Protecting Yourself against Financial Fraud
We make our best efforts to educate our customer on ways to safeguard his/her money and information, and avoid becoming a victim of fraud.
Please see the following lists of common financial scams to know what to look for.
Common consumer scams
'Ore Ore' Telephone Scam from overseas
Did you receive a phone call from a grandchild or a family member? Or a 'lawyer' or 'police officer' there with your family member? Are they in despair because they have been in a car accident? Are they asking for money to pay fines or for car repair? Did a relative call because they need money for a family member in medical need or for medicine? THIS IS A SCAM! Use precaution when sending money in any of these situations. These callers can request that you send money anywhere in the world. If you cannot verify with your family member (calling their number you had before this call, not the 'new number' the caller gives you) that they are requesting money and aren't sure about the transaction, do not send the money. You will be at a loss for any money that is sent.
- Foreign police officer calls you and says your child is in despair because they have been detained and need money for paying fines.
- You got a call from a criminal saying "We kidnapped your child. Transfer XX Yen to OO Bank."
- Your child is in a car accident, and needs money for surgery.
Too good to be true
Keep in mind that there are other types of scams prevalant in overseas, and that victims are also increasing every year. If it's too good to be true (such as a cheap deal shown on the internet), you can consider it a scam. It's always safest to use common sense when sending money. The most important tip we can give is, do not send money to someone you do not know.
- You got a message or an email from overseas saying "Congratulations, you just won $10,000 in a foreign lottery!" and are asked to send small amount of money to receive the prize.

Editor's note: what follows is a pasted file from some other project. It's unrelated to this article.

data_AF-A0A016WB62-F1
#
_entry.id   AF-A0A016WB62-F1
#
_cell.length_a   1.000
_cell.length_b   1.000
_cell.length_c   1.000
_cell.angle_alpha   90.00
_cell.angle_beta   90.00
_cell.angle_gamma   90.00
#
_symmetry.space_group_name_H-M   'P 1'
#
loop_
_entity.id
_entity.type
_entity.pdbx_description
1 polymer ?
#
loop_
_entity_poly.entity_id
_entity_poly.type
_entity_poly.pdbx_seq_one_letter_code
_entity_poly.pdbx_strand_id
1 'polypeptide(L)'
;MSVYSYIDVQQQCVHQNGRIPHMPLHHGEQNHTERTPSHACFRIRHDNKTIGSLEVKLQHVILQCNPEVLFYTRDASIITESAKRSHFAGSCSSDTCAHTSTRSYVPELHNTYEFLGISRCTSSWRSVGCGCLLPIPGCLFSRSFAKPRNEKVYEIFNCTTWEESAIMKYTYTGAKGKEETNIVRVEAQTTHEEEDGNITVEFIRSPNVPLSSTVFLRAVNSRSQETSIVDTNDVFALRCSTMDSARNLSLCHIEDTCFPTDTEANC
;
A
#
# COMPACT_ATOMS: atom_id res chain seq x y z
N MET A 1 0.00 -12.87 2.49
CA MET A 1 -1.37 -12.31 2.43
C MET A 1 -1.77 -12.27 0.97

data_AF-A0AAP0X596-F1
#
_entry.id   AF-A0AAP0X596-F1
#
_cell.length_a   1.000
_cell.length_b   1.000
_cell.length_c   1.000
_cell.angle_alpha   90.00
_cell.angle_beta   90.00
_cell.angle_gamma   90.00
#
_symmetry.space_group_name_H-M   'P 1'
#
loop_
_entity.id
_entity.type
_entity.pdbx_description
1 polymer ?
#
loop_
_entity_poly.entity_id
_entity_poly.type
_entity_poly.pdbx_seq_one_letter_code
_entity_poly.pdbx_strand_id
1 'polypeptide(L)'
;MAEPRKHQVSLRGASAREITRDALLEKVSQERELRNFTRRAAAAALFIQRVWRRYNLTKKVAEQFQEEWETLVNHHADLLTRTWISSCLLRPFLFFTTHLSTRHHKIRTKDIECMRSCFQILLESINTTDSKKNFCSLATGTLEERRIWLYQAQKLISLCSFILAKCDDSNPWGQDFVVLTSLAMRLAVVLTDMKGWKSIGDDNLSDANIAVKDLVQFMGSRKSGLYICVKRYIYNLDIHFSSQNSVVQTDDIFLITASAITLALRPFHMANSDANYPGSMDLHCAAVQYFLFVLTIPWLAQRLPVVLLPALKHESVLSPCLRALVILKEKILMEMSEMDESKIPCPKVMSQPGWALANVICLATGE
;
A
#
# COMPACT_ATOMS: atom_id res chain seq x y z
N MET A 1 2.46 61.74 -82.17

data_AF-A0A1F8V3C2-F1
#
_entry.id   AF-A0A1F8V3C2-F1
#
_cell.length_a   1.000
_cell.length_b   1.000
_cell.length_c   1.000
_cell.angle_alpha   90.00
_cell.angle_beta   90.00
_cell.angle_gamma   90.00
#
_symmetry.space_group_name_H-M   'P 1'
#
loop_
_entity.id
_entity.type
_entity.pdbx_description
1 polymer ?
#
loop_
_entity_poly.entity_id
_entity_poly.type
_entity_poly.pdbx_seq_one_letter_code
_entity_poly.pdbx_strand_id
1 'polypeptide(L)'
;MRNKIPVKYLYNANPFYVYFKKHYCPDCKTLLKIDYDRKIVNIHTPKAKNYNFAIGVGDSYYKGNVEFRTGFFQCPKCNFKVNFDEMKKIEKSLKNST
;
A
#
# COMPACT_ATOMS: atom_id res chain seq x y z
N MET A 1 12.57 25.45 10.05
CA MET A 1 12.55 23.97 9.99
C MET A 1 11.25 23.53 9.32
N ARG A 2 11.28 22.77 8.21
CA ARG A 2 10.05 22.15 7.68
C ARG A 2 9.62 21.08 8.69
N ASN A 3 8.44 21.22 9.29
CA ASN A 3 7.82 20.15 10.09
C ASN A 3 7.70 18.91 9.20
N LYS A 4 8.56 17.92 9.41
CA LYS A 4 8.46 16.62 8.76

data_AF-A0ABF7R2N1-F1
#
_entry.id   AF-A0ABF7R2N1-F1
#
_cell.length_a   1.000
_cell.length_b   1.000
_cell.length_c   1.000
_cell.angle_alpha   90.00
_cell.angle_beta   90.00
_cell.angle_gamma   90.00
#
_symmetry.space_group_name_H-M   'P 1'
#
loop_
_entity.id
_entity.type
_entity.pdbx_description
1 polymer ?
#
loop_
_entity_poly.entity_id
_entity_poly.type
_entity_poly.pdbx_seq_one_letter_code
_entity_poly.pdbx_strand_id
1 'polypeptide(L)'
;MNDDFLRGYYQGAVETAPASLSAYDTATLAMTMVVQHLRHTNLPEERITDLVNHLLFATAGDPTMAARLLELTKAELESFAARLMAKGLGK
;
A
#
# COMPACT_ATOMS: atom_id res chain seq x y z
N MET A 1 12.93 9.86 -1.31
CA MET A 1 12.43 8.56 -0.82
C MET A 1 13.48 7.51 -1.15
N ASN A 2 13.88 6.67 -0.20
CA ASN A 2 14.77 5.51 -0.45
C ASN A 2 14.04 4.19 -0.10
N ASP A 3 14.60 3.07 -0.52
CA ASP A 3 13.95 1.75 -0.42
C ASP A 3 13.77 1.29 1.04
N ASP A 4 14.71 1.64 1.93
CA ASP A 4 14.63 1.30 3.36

- You got a message or an email from someone you don't know but naming him/herself a foreign government official, and (s)he wants to deposit money from abroad in your bank account.
- You got an offer for an expensive product or limited product in Japan and the price for the item seems to be too good to be true and you are being asked to pay for the item through MoneyGram.
Sending money to a stranger
Please send money ONLY to someone you already know. Any monies received by a stranger cannot be recovered and unfortunately you will not get your money refunded back to you.
enRemit is very safe and secure when sending to someone you know and trust.
- Paying for a non-exisiting fan club to get benefits.
- Paying for an invoice you don't remember.
Protect yourself from fraud
Almost all financial fraud starts with contact from a stranger. Protect yourself from wire transfer fraud. Never wire money to someone you don't know. Never.
Please pay attention to suspicious solicitation that identify themselves enRemit or MoneyGram.
While you make payment to enRemit, please check and confirm that the bank account is the same as shown on our website.
enRemit's Bank Accounts
We only accept your payment through the bank accounts listed on our website.
If you have any doubt on payment, please contact us at enRemit Customer Center.
If you find something suspicious
If you receive a suspicious offer through phone call, parcel, mail, or email, please contact a police officer or a government official dealing with consumer scams. To protect yourself against consumer fraud, learn their tricks and use your common sense.
If you think it's too good to be true, it may turn out to be a SCAM.
Ministry of Foreign Affairs of Japan - Overseas Safety Homepage
International Fraud Information from JETRO FAQ
Once again, please pay attention to fraud.